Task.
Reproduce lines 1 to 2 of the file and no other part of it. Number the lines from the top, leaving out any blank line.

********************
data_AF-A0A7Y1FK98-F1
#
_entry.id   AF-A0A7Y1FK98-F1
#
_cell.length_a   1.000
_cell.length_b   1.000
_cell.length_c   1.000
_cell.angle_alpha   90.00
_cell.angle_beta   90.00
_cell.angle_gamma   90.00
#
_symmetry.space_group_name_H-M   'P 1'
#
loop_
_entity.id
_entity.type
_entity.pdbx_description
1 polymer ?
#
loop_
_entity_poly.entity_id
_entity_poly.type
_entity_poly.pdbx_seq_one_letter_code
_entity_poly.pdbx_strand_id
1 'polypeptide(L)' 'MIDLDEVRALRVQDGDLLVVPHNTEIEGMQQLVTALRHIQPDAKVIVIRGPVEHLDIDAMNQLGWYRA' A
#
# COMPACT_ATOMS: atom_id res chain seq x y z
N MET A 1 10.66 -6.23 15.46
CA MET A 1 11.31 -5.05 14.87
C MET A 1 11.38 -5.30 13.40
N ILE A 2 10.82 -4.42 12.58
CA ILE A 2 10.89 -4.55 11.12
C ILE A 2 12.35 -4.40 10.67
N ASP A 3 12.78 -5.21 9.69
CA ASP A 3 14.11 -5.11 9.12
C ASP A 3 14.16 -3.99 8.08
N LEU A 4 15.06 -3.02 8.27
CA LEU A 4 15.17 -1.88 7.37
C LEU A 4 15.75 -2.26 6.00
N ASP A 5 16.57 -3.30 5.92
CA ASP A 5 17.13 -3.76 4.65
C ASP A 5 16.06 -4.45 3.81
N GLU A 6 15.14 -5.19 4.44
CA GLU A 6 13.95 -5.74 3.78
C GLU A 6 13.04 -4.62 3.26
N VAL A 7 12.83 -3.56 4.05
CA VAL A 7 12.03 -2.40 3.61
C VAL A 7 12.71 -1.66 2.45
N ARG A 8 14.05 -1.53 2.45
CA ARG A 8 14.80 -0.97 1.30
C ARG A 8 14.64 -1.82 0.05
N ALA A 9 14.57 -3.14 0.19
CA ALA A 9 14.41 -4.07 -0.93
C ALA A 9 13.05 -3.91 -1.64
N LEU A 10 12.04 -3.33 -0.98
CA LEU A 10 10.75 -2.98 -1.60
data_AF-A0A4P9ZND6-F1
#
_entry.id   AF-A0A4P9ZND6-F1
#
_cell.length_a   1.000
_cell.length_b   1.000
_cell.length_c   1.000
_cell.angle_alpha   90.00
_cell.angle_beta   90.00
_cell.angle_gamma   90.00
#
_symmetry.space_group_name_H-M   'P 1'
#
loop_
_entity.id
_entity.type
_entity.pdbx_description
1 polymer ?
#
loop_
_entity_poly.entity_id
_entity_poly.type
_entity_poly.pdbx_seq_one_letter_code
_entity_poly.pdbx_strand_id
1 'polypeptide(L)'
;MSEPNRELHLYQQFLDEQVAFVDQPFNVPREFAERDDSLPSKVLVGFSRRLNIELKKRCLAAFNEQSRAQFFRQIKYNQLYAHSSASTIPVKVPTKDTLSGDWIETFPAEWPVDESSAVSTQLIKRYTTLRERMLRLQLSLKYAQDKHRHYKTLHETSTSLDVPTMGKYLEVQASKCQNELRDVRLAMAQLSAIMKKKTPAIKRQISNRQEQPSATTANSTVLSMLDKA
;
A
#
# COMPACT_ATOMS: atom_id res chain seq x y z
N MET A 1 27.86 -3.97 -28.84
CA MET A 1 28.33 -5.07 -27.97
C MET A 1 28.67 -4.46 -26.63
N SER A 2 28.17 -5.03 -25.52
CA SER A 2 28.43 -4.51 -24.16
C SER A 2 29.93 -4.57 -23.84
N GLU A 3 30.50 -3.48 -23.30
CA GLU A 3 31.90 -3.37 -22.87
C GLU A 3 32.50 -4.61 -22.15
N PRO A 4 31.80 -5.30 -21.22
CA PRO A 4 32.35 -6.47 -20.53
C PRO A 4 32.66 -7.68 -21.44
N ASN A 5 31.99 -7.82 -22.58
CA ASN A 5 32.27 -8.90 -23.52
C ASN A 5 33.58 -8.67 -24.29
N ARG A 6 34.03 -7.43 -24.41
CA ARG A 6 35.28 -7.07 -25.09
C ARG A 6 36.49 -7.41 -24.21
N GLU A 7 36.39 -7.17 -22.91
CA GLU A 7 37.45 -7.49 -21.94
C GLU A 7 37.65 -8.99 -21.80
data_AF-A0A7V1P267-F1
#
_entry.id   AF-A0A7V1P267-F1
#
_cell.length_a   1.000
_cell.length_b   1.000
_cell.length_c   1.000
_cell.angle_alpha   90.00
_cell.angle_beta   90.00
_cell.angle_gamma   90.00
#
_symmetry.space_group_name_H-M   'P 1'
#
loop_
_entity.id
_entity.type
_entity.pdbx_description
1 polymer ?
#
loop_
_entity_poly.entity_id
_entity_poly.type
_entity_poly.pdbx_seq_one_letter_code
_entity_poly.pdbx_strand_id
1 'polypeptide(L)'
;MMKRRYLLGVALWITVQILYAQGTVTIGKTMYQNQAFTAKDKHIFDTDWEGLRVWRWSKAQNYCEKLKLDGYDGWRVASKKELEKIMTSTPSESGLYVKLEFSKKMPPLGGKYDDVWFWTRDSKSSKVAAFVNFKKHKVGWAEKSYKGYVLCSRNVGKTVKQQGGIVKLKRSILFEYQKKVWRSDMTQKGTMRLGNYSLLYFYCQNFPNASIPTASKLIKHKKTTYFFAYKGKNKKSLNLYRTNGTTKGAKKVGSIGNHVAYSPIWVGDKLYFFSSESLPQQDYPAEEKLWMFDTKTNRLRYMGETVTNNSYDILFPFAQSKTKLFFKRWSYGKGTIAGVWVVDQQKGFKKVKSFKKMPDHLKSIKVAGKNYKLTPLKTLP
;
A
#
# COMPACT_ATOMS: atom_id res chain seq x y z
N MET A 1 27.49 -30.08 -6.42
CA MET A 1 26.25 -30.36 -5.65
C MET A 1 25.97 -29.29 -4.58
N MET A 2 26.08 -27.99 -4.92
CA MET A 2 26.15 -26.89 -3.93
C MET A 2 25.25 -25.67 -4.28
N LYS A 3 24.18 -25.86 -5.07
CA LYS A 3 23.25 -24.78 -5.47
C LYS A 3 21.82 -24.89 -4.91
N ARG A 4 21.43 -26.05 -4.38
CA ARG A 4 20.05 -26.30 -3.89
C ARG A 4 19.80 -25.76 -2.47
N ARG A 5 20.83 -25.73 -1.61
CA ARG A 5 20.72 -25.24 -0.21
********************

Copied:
data_AF-A0A7Y1FK98-F1
#